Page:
Canadian Heritage has published the proposed policy direction that will guide the CRTC as it works toward developing a new regulatory framework under Bill C-11, the Online Streaming Act.
Outlining the scope of regulation and where flexibility measures should be exercised governing the production, promotion and discoverability of Canadian music and audio-visual programs, the proposed policy direction instructs the commission to ensure any requirements imposed on broadcast undertakings, financial or otherwise, are equitable relative to their size and nature, and that comparable foreign and Canadian undertakings are treated equally. Where it can, the commission is being encouraged to coordinate with other regulatory bodies “to minimize burden and maximize effectiveness in the regulation of digital platforms and services.”
The commission is directed to prioritize its examination of how it defines Canadian programs, consulting with Canadians, members of the creative and production sectors and others, ensuring “that the definition of ‘Canadian programs’ is multifaceted, and that it interacts with evolving Canadian content policies.” In concert with that, it’s being directed to recognize “the crucial roles played by Canadian independent producers and production companies, and the crucial relevance of Canadian creative personnel that have a high degree of creative control or visibility — such as actors, writers, directors, and showrunners — being used by both Canadian and foreign broadcasting undertakings.”
In terms of the issue of discoverability of Canadian programs, the CRTC is being directed to implement discoverability in a way “that respects and, where possible, increases choice for users while also minimizing the need to alter algorithms of broadcasting undertakings,” avoiding disruption to programs and undertakings to which the Act does not apply.
Supporting inclusion, excluding social media creators
The commission has been explicitly directed to exclude content made by social media creators under the Act, including podcasters and any content on social media not also made available on a non-social media broadcast undertaking, as well as video games.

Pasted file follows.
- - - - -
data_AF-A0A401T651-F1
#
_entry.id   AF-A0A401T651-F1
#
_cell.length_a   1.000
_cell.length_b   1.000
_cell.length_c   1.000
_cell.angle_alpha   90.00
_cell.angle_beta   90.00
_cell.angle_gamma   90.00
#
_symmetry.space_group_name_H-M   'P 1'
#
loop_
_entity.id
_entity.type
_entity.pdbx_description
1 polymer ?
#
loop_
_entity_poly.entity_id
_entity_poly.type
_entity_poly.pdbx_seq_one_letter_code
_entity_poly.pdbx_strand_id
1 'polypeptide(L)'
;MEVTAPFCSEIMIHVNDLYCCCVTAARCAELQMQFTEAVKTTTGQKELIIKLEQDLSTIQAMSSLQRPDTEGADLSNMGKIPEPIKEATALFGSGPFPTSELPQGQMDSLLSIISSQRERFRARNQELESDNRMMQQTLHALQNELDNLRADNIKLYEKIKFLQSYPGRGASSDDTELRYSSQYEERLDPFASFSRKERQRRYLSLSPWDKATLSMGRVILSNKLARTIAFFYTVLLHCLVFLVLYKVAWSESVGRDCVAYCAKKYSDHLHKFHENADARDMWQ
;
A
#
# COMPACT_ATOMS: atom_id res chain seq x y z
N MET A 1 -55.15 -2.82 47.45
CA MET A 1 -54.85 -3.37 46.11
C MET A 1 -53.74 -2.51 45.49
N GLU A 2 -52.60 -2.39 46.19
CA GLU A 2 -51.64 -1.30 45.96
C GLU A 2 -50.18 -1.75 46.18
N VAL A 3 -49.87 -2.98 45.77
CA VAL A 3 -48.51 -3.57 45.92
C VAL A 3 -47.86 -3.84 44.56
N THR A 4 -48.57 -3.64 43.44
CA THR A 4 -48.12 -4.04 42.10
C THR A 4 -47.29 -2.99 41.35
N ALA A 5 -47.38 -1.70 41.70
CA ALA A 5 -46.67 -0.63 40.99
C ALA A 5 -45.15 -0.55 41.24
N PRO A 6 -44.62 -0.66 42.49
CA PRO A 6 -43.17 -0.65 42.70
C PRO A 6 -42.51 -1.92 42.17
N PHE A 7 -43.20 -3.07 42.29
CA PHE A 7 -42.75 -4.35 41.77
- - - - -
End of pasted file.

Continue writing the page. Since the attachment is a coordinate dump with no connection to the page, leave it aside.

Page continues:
The CRTC is also being directed to meaningfully engage with Black and other racialized communities, and equity-seeking groups regarding support for the creation, availability and discoverability of programming with the commission to ensure its expenditure requirements support the creation of programming by creators from these communities. The commission is to support “the meaningful participation” of First Nations, Inuit and Métis creators in the broadcast system, in addition to increasing programming access to persons with disabilities.
Implementing the proposed policy direction is expected to cost the CRTC less than $1 million annually, which Canadian Heritage says could be absorbed within existing resources.
Matt Hatfield, Campaigns Director at internet policy watchdog OpenMedia, said the policy direction accomplishes two important things: clearly excluding social media users and their content from regulation, while instructing the CRTC to respect and increase user choices through promotion of Canadian content.
“User choice and protecting user content were key asks of our community that are finally being acknowledged as important in implementing Bill C-11. We’d far prefer to have seen them in legislation that could not be changed by a future minister, or not adequately considered by the CRTC; but some user protections at this stage is better than none at all,” said Hatfield, in an OpenMedia statement.
In response to concerns about the tight timelines outlined in its previously-announced public consultation process, the commission has extended the deadline for the submission of interventions to July 11 and the deadline for the submission of replies to July 26. A hearing will take place in Gatineau on Nov. 20.
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